Almost immediately after the Commissioner presented Telegraph's president with the notice, the FHLBB appointed the FSLIC as receiver of Telegraph, pursuant to 12 U.S.C. § 1729(c)(2) (1976). The FSLIC immediately transferred Telegraph's assets to First Federal Savings and Loan Association under a purchase and assumption agreement.
In the instant appeal, the Commissioner has raised several issues for review by this court. Before we reach those issues, we must address an issue raised by Telegraph. It argues that this court lacks jurisdiction because the Commissioner failed to file his petition for leave to appeal within 35 days after the entry of the judgment appealed from, as mandated by Supreme Court Rule 315(b) (87 Ill.2d R. 315(b)). Rule 315(b) provides, on motion, for an extension of time for petitioning for leave to appeal. While the rule expressly states that "such motions are not favored and will be allowed only in the most extreme and compelling circumstances," this court, nonetheless, granted the Commissioner's motion based on the circumstances set forth therein. Accordingly, Telegraph's argument is without merit.
Because we find that this court does have jurisdiction, we turn to the arguments raised by the Commissioner. Initially he contends that Telegraph lacks capacity to maintain this action. In support of this contention he relies on 12 C.F.R. section 569a.4 (1980). Pursuant to this Federal regulation, the FSLIC, as receiver, succeeds to "all the rights, titles, powers and privileges of the insured institution * * * [as well as those of] its officers and directors * * *." Further, under the regulation, the officers and directors of the seized institution "shall not thereafter have or exercise any such rights, powers, or privileges or act in connection with any asset or property of any nature of the institution in receivership." As such, it is the Commissioner's position that Telegraph is precluded from prosecuting this action because "all property rights, including choses in action have been vested in the FSLIC."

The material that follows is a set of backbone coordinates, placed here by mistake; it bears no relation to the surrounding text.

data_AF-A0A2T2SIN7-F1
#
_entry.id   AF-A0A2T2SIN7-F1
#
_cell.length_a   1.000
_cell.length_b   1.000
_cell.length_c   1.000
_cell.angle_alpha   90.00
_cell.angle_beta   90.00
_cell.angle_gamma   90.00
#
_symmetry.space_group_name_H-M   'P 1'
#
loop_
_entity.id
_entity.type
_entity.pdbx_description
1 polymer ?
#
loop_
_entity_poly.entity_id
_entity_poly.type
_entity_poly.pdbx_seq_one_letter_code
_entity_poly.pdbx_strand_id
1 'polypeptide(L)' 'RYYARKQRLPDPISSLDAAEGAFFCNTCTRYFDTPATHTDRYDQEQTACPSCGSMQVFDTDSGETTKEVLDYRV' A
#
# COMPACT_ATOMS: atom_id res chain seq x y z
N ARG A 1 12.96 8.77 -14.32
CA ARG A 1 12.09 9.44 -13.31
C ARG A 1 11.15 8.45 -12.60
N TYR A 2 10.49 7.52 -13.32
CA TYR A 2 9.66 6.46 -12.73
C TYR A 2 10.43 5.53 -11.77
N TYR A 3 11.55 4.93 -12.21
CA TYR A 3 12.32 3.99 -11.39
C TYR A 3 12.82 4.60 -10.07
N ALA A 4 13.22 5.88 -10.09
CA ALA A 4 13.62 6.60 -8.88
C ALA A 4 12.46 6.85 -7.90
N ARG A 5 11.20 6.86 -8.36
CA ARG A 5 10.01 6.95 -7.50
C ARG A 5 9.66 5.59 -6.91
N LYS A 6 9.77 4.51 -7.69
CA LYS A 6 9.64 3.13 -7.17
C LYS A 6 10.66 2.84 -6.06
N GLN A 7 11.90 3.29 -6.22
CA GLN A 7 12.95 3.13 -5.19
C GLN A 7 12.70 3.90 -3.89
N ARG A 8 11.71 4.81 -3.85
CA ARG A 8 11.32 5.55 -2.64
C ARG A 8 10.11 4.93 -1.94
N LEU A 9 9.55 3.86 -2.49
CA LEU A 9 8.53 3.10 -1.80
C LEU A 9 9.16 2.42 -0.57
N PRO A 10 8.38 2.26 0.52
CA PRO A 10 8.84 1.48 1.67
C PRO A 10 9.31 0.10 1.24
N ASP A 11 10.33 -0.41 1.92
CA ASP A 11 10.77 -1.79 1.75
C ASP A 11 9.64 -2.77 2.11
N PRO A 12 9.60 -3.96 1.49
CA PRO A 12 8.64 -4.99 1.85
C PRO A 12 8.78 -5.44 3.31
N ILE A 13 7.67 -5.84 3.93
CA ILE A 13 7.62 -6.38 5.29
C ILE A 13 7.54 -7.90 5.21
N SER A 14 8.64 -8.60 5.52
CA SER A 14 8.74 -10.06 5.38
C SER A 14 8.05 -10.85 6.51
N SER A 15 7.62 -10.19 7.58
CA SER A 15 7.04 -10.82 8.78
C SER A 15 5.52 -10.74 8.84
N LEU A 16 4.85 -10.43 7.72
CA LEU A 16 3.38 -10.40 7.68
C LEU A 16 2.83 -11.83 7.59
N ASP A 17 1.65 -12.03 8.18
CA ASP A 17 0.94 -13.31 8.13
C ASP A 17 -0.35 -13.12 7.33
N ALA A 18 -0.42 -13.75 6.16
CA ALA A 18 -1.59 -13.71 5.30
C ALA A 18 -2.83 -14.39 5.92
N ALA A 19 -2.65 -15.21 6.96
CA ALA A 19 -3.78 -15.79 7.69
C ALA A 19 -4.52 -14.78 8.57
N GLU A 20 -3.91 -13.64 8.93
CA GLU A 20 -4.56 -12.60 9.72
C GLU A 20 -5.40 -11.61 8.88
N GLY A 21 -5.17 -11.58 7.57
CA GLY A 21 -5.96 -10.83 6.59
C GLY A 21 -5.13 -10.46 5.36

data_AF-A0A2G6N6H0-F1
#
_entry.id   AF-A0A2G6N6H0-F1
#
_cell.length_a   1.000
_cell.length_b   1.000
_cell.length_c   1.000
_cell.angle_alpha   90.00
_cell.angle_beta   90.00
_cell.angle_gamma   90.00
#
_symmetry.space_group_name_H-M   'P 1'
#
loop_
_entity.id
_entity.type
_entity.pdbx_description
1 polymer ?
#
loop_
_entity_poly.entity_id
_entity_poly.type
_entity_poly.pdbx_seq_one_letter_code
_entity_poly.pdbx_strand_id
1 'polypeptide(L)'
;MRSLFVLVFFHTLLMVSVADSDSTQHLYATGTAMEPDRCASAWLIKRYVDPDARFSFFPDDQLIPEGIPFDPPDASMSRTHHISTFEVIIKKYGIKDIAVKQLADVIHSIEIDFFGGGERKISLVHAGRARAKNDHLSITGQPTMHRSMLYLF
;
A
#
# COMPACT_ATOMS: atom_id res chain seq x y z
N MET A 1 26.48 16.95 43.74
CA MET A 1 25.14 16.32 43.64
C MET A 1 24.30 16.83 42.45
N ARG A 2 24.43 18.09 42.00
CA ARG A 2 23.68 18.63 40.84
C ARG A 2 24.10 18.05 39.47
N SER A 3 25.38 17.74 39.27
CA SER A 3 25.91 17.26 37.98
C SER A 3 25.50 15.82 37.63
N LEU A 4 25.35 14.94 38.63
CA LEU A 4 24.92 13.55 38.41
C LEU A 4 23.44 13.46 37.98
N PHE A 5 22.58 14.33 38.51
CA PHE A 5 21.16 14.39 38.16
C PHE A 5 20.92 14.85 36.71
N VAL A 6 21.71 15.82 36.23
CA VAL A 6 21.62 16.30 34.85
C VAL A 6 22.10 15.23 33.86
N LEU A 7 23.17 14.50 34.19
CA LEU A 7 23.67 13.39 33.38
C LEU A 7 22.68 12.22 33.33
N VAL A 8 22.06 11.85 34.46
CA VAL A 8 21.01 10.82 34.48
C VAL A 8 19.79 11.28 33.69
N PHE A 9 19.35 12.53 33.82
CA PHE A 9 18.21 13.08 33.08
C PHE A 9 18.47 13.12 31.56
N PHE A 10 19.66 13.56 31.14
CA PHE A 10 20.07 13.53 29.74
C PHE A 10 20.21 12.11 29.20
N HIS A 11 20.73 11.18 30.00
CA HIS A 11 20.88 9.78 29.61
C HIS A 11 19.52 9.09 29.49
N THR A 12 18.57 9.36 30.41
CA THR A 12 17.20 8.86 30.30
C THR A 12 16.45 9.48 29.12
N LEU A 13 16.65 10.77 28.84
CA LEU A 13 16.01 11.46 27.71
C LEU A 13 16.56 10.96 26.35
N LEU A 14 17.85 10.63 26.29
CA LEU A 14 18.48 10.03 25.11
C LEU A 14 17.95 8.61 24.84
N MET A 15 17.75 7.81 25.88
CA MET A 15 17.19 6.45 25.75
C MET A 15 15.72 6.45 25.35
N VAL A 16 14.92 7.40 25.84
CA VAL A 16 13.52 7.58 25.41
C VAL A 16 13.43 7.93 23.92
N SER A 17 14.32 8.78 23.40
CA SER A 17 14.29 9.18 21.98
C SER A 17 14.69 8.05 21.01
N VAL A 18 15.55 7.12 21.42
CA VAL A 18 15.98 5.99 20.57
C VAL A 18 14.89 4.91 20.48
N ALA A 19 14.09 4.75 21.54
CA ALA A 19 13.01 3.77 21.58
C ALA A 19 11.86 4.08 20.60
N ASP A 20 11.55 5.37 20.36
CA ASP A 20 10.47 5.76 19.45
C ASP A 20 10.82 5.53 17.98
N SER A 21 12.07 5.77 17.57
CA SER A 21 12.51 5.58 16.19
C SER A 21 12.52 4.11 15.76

The Commissioner cites three Federal cases which, he contends, adopt this position. (First Savings & Loan Association v. First Federal Savings & Loan Association (D. Hawaii 1981), 531 F. Supp. 251; First Savings & Loan Association v. First Federal Savings & Loan Association (D. Hawaii 1982), 547 F. Supp. 988; Manning Savings & Loan Association v. Federal Savings & Loan Insurance Corp. (N.D. Ill. Sept. 14, 1983), No. 83-C-757.) The Commissioner's reliance on these cases is misplaced. It is true that these cases expressly recognize that the FSLIC acquires all powers necessary to administer the operations of a seized institution pursuant to the regulations (12 C.F.R. sec. 569a.4 (1980)) promulgated under 12 U.S.C. § 1729(d) (1976). This includes the power to represent the institution in any legal action. (12 C.F.R. sec. 569a.6(a)(2-3) (1980).) At the same time, however, these cases acknowledge the limited right of an association to challenge the appointment of a receiver pursuant to 12 U.S.C. § 1464(d)(6)(A) (1976). The Illinois Savings and Loan Act contains similar provisions. Thus, pursuant to section 7-10 of the Act, the Commissioner, if he takes custody of an association, succeeds to "all powers necessary to accomplish the purposes of custody, including (but not limited to) the powers, privileges and authority previously vested in the officers, directors, liquidators or trustees * * *." (Ill. Rev. Stat. 1979, ch. 32, par. 850, now Ill. Rev. Stat. 1983, ch. 17, par. 3193.) In a provision analogous to 12 U.S.C. § 1464(d)(6)(A) (1976), section 7-12 of the Act expressly authorizes a challenge to the Commissioner's custodial action. Section 7-12 provides: